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Draw the line: Dining understaffed

A recent report reveals 65% of dining hall work shifts remain empty,

Pictured above, Courtney Dunn, a senior from Talawanda high school.

Photo by Katie Taylor, Editor in Chief

By Kelly Higginson, Senior Staff Writer

A report by Dining and Culinary Services revealed student employment for fall 2014 is short 3,500 hours in comparison to last year.

In preparing for the fall semester, Culinary Services did not expect the drastic drop in the number of student employees.

Every spring, staff development specialist Jennifer Baker Williams evaluates the number of student employees at each dining hall location through statistics.

"Our customer count has gone up, which we expected, but the people willing to work is going down," Baker Williams said.

According to Nancy Heidtman, Senior Director of Dining and Culinary Services, the lack of student staffing has resulted in the long lines students complain about at the Armstrong Student Center.

With full-scale operations in all of the dining halls, the Vacancy Report, released earlier this semester, showed that only 25 to 35 percent of student shifts are currently filled, This means nearly 65 percent of work shifts in dining halls are vacant.

Mark Andrea, the manager of computer systems for dining services, is overwhelmed with the lack of student employment this fall.

"We've certainly done everything that we have in years past," Andrea said. "We've put it out there digitally, we had sign ups at the job fair, information on our websites, things sent out to parents, there are just not enough workers."

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To recruit more student workers, Heidtman has ensured that there will be more bonus programs for students who decide to work in dining services.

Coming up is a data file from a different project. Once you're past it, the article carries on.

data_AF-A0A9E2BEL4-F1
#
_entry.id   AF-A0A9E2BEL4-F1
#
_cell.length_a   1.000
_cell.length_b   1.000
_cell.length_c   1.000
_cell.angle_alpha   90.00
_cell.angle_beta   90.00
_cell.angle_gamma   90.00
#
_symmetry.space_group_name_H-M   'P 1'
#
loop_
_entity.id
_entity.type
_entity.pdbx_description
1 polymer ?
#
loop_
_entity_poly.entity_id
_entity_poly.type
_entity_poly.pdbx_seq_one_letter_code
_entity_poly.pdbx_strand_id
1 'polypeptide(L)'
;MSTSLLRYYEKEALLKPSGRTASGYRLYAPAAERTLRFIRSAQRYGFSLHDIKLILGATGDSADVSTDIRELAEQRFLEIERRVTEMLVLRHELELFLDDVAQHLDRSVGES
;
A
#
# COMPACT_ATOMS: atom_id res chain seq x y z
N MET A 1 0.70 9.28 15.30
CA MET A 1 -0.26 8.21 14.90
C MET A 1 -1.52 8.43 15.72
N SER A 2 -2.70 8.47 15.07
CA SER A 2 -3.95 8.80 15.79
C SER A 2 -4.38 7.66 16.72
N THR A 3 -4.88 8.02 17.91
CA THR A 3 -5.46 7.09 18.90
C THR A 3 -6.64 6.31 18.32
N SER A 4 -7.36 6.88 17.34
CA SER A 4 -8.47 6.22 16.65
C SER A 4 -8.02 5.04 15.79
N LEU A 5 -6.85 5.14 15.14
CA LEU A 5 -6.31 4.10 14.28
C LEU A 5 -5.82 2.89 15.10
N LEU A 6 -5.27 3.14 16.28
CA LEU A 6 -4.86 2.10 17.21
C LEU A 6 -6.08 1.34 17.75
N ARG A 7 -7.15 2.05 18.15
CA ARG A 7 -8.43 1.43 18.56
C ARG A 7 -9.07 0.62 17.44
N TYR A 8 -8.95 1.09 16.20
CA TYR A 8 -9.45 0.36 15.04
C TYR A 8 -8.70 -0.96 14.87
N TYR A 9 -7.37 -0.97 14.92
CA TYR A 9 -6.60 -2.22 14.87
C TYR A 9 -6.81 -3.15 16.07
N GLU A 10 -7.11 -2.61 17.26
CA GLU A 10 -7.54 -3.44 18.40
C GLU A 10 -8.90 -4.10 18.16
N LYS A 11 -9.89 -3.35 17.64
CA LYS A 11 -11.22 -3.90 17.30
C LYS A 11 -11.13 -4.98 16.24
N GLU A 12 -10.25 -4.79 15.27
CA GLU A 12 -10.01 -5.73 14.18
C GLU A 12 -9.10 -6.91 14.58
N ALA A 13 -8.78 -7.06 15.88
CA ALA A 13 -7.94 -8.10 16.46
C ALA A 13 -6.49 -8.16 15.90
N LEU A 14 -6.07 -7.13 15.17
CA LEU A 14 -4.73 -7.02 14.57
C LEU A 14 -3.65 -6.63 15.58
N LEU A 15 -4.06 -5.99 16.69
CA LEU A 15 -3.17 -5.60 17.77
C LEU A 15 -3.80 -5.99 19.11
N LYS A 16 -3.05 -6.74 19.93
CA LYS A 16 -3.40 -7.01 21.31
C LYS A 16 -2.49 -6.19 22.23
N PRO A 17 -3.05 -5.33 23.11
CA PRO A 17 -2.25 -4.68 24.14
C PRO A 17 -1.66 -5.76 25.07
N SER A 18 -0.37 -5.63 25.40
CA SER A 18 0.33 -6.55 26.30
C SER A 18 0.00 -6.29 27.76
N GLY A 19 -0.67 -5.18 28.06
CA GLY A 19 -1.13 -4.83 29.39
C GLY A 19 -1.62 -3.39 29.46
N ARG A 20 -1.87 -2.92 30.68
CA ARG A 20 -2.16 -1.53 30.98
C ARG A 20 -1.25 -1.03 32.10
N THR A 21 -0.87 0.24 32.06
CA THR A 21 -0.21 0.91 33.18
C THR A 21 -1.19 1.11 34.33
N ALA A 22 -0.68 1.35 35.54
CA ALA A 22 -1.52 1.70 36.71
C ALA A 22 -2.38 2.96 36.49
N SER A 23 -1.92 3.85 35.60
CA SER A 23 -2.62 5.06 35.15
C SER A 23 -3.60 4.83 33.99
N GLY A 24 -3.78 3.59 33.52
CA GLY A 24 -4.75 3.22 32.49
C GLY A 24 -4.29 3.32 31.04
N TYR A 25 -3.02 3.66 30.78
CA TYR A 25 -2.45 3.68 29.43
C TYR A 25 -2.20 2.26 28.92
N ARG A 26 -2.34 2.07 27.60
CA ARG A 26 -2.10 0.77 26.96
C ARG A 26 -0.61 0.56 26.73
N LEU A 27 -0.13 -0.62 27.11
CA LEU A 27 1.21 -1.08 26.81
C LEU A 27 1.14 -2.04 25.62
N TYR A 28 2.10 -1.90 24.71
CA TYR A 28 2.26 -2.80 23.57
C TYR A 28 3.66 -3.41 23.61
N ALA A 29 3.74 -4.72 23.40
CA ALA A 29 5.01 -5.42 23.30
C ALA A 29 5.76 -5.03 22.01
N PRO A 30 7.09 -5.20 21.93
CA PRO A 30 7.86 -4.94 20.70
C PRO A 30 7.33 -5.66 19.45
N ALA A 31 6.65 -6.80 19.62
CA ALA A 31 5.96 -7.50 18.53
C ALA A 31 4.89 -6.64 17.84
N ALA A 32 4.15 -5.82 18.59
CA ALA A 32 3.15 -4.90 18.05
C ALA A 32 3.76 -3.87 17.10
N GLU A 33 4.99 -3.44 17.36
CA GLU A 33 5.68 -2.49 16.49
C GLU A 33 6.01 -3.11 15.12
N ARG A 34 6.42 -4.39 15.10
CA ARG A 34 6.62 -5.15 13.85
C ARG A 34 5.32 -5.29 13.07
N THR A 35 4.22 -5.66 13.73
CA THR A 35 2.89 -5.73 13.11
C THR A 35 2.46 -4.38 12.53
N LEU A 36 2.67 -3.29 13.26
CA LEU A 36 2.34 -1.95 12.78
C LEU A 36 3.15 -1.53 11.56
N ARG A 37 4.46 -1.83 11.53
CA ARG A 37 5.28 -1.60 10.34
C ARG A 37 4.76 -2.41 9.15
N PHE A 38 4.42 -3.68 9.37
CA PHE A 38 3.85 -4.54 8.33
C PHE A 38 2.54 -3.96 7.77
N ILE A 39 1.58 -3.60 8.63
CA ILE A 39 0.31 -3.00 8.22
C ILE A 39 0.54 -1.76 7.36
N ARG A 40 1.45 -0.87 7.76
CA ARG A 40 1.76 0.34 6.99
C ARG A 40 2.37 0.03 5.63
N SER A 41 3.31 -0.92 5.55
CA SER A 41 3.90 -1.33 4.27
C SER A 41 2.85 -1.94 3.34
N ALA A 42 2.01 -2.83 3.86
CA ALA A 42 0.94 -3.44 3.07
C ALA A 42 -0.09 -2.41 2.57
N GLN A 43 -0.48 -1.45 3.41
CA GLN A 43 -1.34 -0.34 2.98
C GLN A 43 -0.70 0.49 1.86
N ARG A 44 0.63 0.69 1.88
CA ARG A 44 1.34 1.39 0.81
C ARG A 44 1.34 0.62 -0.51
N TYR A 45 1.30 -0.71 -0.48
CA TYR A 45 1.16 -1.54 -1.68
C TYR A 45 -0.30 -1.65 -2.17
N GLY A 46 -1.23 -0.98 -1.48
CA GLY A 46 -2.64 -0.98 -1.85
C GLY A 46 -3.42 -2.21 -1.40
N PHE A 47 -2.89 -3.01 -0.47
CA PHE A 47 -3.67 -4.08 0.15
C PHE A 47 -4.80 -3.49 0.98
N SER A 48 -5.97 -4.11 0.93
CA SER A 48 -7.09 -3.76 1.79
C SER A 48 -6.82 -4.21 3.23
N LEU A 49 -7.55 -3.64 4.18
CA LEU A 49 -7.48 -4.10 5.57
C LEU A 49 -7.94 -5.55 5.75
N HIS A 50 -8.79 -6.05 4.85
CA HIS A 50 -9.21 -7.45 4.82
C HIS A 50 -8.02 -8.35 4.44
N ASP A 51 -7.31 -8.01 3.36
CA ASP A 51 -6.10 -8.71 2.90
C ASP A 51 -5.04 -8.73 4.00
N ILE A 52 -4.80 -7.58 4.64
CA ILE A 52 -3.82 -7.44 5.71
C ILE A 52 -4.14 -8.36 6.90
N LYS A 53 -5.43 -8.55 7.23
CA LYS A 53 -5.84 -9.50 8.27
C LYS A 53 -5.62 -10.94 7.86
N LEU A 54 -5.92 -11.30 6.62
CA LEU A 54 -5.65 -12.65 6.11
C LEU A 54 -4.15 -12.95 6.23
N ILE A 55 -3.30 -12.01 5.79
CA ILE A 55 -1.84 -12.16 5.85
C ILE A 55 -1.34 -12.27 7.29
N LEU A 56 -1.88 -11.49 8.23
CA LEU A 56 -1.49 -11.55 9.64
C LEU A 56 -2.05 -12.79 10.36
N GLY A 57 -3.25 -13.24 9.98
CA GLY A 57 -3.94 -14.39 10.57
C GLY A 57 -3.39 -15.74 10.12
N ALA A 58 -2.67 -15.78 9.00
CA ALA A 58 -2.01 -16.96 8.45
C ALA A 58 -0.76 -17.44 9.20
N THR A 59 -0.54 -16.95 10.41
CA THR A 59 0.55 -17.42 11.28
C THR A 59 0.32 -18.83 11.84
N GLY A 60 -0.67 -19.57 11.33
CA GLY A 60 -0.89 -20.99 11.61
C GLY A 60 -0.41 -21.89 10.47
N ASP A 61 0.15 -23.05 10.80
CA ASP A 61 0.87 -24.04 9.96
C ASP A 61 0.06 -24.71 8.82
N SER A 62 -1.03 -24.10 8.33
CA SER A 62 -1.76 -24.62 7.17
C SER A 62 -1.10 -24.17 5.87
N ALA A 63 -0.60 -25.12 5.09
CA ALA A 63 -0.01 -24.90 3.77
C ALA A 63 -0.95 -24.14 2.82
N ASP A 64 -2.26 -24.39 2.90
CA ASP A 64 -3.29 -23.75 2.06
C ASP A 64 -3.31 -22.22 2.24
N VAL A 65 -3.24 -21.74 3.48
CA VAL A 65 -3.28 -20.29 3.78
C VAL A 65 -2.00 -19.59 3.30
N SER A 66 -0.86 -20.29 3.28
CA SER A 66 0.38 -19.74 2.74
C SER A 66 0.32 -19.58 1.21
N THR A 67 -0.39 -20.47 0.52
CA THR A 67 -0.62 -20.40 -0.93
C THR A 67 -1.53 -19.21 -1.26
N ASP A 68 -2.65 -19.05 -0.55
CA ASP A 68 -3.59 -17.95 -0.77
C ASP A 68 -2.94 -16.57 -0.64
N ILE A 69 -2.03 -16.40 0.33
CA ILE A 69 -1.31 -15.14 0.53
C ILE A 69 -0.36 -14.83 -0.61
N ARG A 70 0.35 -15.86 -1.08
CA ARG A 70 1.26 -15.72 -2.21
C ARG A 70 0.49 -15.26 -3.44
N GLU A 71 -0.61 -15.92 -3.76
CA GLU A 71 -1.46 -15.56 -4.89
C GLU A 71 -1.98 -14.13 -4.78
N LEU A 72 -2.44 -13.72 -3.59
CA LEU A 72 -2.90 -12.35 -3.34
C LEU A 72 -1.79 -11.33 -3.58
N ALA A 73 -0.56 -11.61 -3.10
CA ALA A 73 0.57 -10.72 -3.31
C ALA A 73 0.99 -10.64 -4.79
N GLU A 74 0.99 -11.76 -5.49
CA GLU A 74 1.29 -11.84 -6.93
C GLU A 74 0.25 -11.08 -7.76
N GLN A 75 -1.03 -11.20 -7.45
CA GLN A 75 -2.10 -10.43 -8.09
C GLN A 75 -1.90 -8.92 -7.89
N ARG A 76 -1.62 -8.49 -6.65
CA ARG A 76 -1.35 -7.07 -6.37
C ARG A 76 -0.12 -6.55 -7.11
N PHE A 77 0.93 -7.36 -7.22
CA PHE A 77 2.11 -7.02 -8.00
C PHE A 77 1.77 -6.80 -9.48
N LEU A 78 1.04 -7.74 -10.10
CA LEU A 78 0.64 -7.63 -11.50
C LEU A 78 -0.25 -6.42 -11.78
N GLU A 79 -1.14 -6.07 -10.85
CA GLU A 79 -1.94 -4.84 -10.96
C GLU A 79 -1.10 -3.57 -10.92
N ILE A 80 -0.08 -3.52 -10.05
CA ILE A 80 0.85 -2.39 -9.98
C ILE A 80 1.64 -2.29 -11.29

In years past, Culinary Services restricted student employment to Miami students only, giving the college students priority. However, as of this fall, they are now taking applications from Talawanda High School students in hopes that some students might apply and fill the vacant positions.

"We have been trying all of the positive methods to recruit students, we will honestly take anyone that is willing to work," Baker Williams said.

Student employees who work for dining services have the flexibility of choosing their own hours, as long as they do not exceed 22 hours per week.

"Some students are working every maximum minute, and some are working at the hours that they can, and we can't ask them to do more," Baker Williams said.

In moving past the understaffing, Culinary Services has started distinguishing zones to group multiple dining locations together in similar areas. Some places are busier than others at certain times, and employees are starting to work multiple halls under the same shift.

"Wherever needs help, the executive of that zone can send workers over to that area for some extra help," Baker Williams said.

Associated Student Government (ASG) helped Culinary Services last spring by launching employee incentive programs that were set to start the first four weeks this fall, a time which usually sees the lowest student staffing.

"We ran all three of the incentive programs and none of them met our expectations," Andrea said.

Andrea said that, for the time being, Culinary Services is bringing in outside help, such as temp agencies, and hiring more full time staff that they can rely on each day.

"We are doing the best that we can, and working with what we have," Andrea said.

The Streats Food Truck will also be driving around Armstrong and Maple Street area serving food to help alleviate the lines inside the busy dining locations.